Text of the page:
The contribution of physical activity to good health and quality of life has been known for centuries. The ancient philosopher Plato noted: “Lack of activity destroys the good condition
of every human being while movement and methodical physical exercise save it and preserve it”. The current World Health Organization (WHO) guidelines show that Plato’s notion has not lost its importance, by
encouraging everyone, regardless age or ability, to engage in regular physical activity, ensuring proper physical development and maintenance of physical and mental health throughout the lifespan.1
However, only relatively recently a lack of physical activity has become a public health concern. This is largely due to the reduced requirement to be active in daily life. Vehicles, machines and technology now
complete the tasks that once required physical effort.2,3 Research shows stark decline in overall physical activity levels in high income countries over the last 40 years, with medium income and even low income
countries set to follow the trend.2 The WHO estimates that 35% of Europeans do not meet the recommended minimum level of activity for good health,2,4 and this is predicted to increase; not only in Europe, but
in many countries worldwide.2 Our better understanding of the impact of inactivity to health,5 has led to the recognition that physical inactivity is now the fourth leading risk factor for global mortality,
after high blood pressure, tobacco use, and high blood glucose, and before overweight and obesity.1 On top of that, the burden of disease caused by physical inactivity not only causes suffering for the victims,
their families and friends, but also puts a huge strain on health care systems and leads to a loss of productivity due to sickness from work. In Europe, it has been estimated that physical inactivity costs
between €150-300 per citizen per year.6 Physical activity is therefore considered a health promotion priority.7,8 In this light, this EUFIC review will define physical activity, address how it relates to health,
present recommendations and current physical activity levels, and touch upon economic and other aspects of the global inactivity trend.
Physical activity :
Physical activity is defined as any bodily movement, produced by skeletal muscles, that requires energy. This includes activities undertaken while working, playing, carrying out
household chores, travelling and engaging in recreational pursuits. Examples of such activities are lifting, carrying, walking, cycling, climbing stairs, housework, shopping, dancing, and gardening1. The
Compendium of Physical Activities is used to estimate the metabolic intensity of an activity compared to a resting state.9 These metabolic equivalents (METs) are used to classify activities as sedentary
behaviour (e.g. desk work, watching television), light intensity (e.g. food shopping, slow walking) moderate intensity (e.g. lawn mowing, slow cycling) and vigorous intensity activity (e.g. fast cycling, jogging).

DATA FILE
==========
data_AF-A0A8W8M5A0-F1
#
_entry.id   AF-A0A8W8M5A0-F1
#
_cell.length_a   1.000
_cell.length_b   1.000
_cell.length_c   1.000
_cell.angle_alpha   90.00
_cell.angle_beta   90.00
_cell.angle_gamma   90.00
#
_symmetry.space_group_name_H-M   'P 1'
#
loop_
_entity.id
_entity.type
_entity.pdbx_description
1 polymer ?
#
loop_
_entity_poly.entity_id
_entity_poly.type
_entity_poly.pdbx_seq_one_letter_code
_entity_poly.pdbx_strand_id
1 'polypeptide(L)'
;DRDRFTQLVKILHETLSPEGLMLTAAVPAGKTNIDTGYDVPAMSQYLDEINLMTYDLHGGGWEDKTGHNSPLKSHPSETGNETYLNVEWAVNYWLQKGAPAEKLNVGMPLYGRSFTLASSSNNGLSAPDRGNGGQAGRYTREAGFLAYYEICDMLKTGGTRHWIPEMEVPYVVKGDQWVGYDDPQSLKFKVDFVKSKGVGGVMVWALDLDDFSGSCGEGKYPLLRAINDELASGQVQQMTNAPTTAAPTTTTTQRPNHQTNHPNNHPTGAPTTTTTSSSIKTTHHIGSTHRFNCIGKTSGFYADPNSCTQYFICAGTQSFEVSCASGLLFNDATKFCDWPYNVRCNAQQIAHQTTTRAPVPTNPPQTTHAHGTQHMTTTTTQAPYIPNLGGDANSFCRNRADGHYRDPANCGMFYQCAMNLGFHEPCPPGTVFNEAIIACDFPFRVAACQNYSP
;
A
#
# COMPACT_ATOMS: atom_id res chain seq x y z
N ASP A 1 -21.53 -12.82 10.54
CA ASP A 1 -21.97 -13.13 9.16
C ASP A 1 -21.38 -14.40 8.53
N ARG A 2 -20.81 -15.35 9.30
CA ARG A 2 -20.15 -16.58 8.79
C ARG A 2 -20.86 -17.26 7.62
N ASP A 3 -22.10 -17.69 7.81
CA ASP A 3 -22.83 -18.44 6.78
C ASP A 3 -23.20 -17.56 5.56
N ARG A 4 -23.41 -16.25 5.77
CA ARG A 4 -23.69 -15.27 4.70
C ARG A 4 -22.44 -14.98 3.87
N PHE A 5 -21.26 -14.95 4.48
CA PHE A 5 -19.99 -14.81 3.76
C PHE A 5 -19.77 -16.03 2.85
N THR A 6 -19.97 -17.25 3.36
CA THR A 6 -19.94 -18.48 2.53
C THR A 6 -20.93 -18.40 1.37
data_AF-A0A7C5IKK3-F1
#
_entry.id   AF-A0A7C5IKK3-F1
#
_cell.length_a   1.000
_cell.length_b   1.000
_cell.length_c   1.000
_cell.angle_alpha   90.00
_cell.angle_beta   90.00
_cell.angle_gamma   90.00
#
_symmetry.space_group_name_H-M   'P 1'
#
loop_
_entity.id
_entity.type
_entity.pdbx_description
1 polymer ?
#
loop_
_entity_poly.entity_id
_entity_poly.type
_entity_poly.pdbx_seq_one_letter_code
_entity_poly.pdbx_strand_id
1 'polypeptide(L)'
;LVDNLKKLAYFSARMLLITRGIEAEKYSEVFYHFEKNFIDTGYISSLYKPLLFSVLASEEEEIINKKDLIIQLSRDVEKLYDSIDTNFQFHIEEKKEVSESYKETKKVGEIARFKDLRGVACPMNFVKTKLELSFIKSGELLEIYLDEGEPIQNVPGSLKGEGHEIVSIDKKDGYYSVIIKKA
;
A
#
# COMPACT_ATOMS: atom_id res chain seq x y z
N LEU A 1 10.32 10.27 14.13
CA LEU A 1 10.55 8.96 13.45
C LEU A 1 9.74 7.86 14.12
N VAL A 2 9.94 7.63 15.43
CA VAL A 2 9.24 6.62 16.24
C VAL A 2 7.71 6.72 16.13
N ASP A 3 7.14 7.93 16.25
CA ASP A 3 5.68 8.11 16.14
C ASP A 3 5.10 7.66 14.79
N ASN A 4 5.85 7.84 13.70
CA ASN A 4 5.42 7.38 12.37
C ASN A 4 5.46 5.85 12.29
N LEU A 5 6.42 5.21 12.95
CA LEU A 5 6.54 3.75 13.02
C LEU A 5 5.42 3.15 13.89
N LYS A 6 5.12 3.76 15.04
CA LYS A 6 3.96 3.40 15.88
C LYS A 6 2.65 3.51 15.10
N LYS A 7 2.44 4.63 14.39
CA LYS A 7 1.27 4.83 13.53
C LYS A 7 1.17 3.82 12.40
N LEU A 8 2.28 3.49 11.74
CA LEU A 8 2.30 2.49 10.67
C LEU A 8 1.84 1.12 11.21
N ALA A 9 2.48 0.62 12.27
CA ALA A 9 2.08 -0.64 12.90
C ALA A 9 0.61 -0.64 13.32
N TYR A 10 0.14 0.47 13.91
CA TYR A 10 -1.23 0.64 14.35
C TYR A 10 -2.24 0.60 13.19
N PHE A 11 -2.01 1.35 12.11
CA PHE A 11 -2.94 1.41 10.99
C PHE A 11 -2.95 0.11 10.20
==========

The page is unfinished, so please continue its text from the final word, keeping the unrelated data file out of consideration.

See Annex 1 and 2 on definitions and the classification of physical activities with further details and examples. Moreover, the human body is built to move, and major systems, including the skeletal, muscular,
metabolic, circulatory, digestive and endocrine systems, do not develop and function properly unless stimulated by frequent physical activity. As such, physical activity has both a preventive and therapeutic
effect across several diseases and conditions and contributes to quality of life in many ways.1,10,11,12,13 See also section 5 on physical activity and health.
Physical activity and health :
Since a landmark study in 195332 found that London Transport Authority bus drivers were more likely to develop heart disease than their more active bus conductor colleagues, the link
between physical activity and disease has been explored extensively. There is now a large body of evidence on the importance of physical activity in disease prevention. 1,7,10,11,12,25 Inactivity contributes
to premature death, the development of heart disease and stroke, obesity, type 2 diabetes, colon cancer, breast cancer, poor skeletal health and depression.1,10,11,12 A large-scale study5, estimated that,
worldwide, physical inactivity causes 6% of the burden of disease from heart disease, 7% of type 2 diabetes and 10% of breast and colon cancers. Overall it was calculated that inactivity caused 5.3 million
premature deaths worldwide. The authors stated that 121,000 deaths from heart disease, 14,000 deaths from breast cancer and 24,000 deaths from colon cancer could have been avoided in Europe in 2008 if everyone
had been active enough to meet the current WHO recommendations.5 The effects of inactivity on the different health conditions have been observed independently from the impact on weight status, and are discussed
separately within this section.